Dear friends, it is with a huge sense of pride that I can reveal that I’ve been enlisted by the Ferrari Museum in Maranello to provide (hopefully) clear, simple explanations of the technologies used in the Ferrari Supercars. I was delighted that the Museum’s management felt that I was the right character to perform that particular role. If all goes well, I’ll soon be handing out autographs! Speaking of which, the Supercar exhibition officially opens on March 8th and runs until the end of September. Check out the details at the Museum’s website: museo.ferrari.com

Armchair drivers and real ones

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It’s easy to sit there on the sofa, beer in hand, gabbing about the Ferrari single-seater and how it can’t and won’t deliver what Alonso needs. I’ve spent a lifetime in engines and what I remember of racing is what some of those people have clearly forgotten: the experiences of the big international car giants like Toyota, BMW and even Mercedes today, prove just how difficult Formula 1 is to get right. In fact, both Toyota and BMW eventually threw in the towel and gave up in frustration. So how can anybody criticise a constructor whose driver is still in the running for the title two grands prix from the end of the season? Only one man can win but that’s the beauty of the sport. Watching that extraordinary race last Sunday was beautiful even though realising it would mean just three extra points did give me a bit of a headache. But are three points small fry? Maybe if you consider that Fernando getting eliminated at Spa and Suzuka on the first bend cost us a lot more. Take it from me, if those two incidents hadn’t happened, Fernando would be well out in the lead. But that’s motor racing for you and people love Ferrari because it knows both how to win and how to lose. So let’s leave the armchair critics to their sofas, because we here in Maranello, keep the pistons going day and night.

Felipe rejuvenated!

Pistunzen
When Felipe Massa first arrived in Maranello, he still looked very much like a little boy and I liked him immediately. I felt we were a bit similar, perhaps because he’s quite compact and a bit impish too. Because a Pistunzen can never stray too far from the track, I was at Fiorano in 2002 the first time he sat behind the wheel of a Ferrari Formula 1 car. And I have to tell you that I was very impressed with the confidence he displayed even from the first lap. Then – you know how it is – I stayed the same old Pistunzen and he became famous. I don’t mean he ever got any airs or graces around me. Far from it. But he was no longer the half-impish, half-scared young lad I’d met that first day. I was very sorry to see him so off-colour these last few months. I’d even begun think we wouldn’t be seeing the old Felipe again. But then at Suzuka last Sunday, he really did drive very well indeed. I know a thing or two about tracks and, let me tell you, Suzuka, along with Spa, is the toughest of the entire season. So, Bravo Felipe! He looks like he’s 10 years younger again!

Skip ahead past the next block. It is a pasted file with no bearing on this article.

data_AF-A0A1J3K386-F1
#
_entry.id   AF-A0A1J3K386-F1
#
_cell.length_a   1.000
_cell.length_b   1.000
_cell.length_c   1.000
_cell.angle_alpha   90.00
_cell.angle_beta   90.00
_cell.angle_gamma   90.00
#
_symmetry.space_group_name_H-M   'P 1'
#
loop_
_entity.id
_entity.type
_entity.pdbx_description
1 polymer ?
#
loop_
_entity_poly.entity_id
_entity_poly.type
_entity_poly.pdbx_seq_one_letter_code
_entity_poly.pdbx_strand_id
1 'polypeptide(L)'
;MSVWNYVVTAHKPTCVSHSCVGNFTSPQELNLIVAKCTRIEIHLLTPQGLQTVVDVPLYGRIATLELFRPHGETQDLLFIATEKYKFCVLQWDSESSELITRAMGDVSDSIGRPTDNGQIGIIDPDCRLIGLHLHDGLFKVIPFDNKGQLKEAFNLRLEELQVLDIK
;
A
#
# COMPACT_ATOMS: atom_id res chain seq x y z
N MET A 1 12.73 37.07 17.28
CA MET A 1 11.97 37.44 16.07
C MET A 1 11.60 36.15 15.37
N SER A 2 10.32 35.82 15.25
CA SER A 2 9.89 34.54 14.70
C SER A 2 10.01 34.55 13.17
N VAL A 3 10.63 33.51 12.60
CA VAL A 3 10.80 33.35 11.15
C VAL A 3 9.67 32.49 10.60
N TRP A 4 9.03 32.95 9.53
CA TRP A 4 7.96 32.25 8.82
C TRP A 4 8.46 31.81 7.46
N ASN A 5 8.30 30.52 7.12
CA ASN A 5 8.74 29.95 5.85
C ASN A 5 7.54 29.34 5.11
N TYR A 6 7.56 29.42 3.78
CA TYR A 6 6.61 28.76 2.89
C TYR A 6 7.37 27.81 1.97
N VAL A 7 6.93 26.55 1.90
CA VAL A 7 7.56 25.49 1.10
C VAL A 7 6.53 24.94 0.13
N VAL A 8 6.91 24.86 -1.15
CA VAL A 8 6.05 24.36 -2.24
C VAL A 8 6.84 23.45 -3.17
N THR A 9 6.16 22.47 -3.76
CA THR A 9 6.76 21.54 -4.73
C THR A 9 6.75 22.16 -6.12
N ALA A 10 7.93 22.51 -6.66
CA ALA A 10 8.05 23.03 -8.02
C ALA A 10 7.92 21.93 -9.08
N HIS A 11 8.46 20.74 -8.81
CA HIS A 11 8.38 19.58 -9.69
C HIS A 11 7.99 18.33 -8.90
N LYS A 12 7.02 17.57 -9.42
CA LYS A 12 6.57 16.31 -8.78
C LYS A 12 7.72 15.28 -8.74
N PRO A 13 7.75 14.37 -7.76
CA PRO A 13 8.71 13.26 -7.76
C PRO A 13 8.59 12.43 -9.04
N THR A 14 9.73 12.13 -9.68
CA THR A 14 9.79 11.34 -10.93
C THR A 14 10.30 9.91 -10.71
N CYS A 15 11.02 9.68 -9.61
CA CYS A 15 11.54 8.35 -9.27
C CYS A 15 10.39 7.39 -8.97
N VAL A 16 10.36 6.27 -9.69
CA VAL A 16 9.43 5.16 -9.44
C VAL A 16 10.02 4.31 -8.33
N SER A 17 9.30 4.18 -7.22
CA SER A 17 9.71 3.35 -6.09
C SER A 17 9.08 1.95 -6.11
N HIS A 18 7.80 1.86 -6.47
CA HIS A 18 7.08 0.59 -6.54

Radio Pistunzen live from the pit wall

Pistunzen
Everyone knows I’m well in in Ferrari. But I think a few of you will still be envious to learn that I watched the Monza Grand Prix from the pits and listened in one the drivers’ conversations on my headphones. Back in my day, all the drivers did was go out and drive but now they’re in constant contact with the pitwall to improve their strategy during the races. Felipe didn’t say much. He had a great race and his car did the business. Fernando, on the other hand, was much more talkative because he made to make his way back up the pack because of the positions he’d lost after a mechanical failure in qualifying and, more importantly, as a result of Vettel’s moving across to prevent him passing which resulted in the Spaniard’s car ending up on the grass. That made Fernando lose his habitual cool and he burst out: “Did you see what he did to me at 340 km/h?” His engineer Andrea Stella calmed him down at once by telling him that everyone had seen the incident. In fact, Vettel was given a drive-through penalty shortly afterwards. It was a truly emotion-packed moment for me, even though I’m well used to all kinds of races. But the most thrilling thing about the entire Grand Prix was the last three laps. Don’t forget the rear shock and spring of Fernando’s car were damaged when he went off the track and towards the end of the Grand Prix both the driver and the guys at the pit wall were worried something would give. Fernando kept checking how many laps were still to go while his engineer warned him to keep off the kerbs to avoid putting further stress on the damaged suspension. Nerve-wrecking stuff! But fortunately, everything turned out okay in the end. And even I, made of the hardest of hard metals, felt my heart soften and melt.

Heads down, Maranello-style

Pistunzen
Plus all the other things we here in Maranello have heard endless times before and which, if we actually bothered to read them all, would leave us no time for actual racing. That’s just how it is in Formula 1, so you have to put your head down and keep going. You can’t listen to anyone else, just trust in your own ability. Anyone, such as myself, that spends their life actually inside engines powering them along knows that. So well done to Stefano Domenicali, Pat Fry, Marmorini, Alonso and Massa who’ve given us back that great sense of pride we’d gotten so used to. I, for one, am content.